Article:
Activation of the Nervous System
In the case of poor posture, it’s common that the upper trapezius muscles become over active (which causes pain and muscle spasms) while the lower portion of the trapezius muscles become weak and disengaged. This is partially due to the nervous system. The nervous system often works like a dimmer switch for lights. It can cause certain muscle groups to become over active while dimming the involvement of other groups.
The trapezius muscle is an important postural muscle. The more you slouch and hold a forward head and rounded shoulders posture, the more signals the nervous system will send to the upper portion of the trapezius. This causes pain and spasms.
A standing slouched posture is not much better than a sitting one. Try to keep proper postural alignment with your shoulders under your ears and the shoulder blades set in a back and down position. This is particularly important when performing any activity while using your shoulder. On average, most of us need more activation of our lower and mid trapezius muscles and less activation of the upper trapezius.
Work to improve your posture by keeping your shoulder blades back and downward while engaging your lower trapezius. When this occurs, the nervous system will automatically send increased signals to the lower trapezius in order to help the muscle hold the posture. Meantime, the signal to the upper portion is reduced. This combined with improved thoracic mobility (through foam roll use) should immediately reduce muscle spasms and pain.
Maintaining normal thoracic (upper back) mobility is critical for proper neck and shoulder function. The more mobility your upper back has, the less likely your shoulder will impinge while moving. Your upper back, shoulder blade, and arm must work together when moving. Tightness in the upper back will prohibit this. My favourite way to insure proper thoracic mobility is to utilize the foam roller as a self-stretching and self-mobilization tool.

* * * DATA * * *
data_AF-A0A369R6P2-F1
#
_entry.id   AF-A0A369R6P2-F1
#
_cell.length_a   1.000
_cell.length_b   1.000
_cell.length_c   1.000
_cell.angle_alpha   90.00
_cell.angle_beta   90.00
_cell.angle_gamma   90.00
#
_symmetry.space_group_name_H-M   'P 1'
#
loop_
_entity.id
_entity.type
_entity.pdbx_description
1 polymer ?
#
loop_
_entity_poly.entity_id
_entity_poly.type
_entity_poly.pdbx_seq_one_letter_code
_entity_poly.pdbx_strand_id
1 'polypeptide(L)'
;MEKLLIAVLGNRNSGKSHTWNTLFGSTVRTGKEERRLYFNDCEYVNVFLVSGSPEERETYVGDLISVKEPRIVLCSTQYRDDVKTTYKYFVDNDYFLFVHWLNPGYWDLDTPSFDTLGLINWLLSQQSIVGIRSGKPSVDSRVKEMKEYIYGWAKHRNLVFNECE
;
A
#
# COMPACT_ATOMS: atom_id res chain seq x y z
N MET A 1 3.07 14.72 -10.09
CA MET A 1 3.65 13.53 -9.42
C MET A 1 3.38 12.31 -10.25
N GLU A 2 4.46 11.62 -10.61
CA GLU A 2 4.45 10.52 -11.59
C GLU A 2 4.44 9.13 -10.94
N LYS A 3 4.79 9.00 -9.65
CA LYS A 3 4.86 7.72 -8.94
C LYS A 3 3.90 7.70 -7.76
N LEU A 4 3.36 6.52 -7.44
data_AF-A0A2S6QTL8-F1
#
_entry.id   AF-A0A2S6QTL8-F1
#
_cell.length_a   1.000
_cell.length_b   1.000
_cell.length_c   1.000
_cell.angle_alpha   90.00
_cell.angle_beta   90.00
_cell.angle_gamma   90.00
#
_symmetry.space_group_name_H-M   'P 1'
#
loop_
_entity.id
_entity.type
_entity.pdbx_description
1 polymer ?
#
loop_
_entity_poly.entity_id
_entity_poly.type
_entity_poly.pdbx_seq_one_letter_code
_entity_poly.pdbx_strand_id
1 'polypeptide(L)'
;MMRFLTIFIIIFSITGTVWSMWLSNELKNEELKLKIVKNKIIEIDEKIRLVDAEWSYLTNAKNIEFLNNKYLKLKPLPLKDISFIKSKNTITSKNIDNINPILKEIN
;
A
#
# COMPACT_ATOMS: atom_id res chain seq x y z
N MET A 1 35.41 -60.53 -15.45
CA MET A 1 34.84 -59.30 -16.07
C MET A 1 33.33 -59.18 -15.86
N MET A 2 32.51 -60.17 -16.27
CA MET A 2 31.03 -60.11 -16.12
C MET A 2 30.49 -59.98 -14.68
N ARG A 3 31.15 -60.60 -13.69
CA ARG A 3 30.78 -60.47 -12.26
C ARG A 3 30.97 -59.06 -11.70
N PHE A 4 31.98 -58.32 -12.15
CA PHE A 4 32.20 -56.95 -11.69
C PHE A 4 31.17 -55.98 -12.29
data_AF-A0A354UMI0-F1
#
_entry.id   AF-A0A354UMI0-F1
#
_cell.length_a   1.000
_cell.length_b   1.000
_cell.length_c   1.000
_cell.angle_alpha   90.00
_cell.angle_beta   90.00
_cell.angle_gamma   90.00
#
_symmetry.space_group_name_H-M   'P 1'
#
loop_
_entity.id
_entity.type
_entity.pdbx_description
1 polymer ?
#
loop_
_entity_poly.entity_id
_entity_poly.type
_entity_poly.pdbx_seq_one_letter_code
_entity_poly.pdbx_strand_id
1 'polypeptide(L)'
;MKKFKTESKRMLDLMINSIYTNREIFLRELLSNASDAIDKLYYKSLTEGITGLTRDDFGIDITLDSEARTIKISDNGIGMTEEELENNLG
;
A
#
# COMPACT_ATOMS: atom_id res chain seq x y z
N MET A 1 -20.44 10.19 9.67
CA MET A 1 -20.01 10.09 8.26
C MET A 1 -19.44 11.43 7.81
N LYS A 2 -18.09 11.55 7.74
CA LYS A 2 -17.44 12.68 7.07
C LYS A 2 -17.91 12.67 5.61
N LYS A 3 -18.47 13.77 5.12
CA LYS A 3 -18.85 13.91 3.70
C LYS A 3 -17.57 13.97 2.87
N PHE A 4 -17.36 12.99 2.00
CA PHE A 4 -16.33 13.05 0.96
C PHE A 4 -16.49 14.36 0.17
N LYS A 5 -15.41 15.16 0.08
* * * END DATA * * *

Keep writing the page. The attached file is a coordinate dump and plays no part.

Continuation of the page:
Postural (Extensor) Muscle Strength
To improve postural muscle strength, I prefer to utilize a combination of standing and prone (face down) exercises. Please refer to Exercises for Postural Muscle Strength.pdf for instructions and photos of exercises that you can perform in order to strengthen the scapular (shoulder blade) and postural muscles. The purpose of these exercises is to improve your back extensor strength, so it will be easier to maintain proper posture. You can increase the length of time you hold each exercise as you gain in strength. In general, spend more time training the posterior half of your body versus the front half.
Upper back pain, neck pain, and shoulder pain is a common complaint. The key to a long term recovery is to improve your posture, thoracic (upper back) mobility, and your upper back postural muscle strength. If you continue to experience pain and discomfort after implementing these treatment strategies, please seek additional assistance from a physical/physio therapist.
Ben Shatto, PT, DPT, OCS, CSCS is a doctor of physical therapy in the United States. He is a board certified Orthopaedic Specialist as well as a Certified Strength and Conditioning Specialist. His website, www.ThePhysicalTherapyAdvisor.com, is dedicated to helping proactive adults of all ages to understand how to safely self-treat and manage common musculoskeletal, neurological, and mobility related conditions in a timely manner so they can reach their optimal health.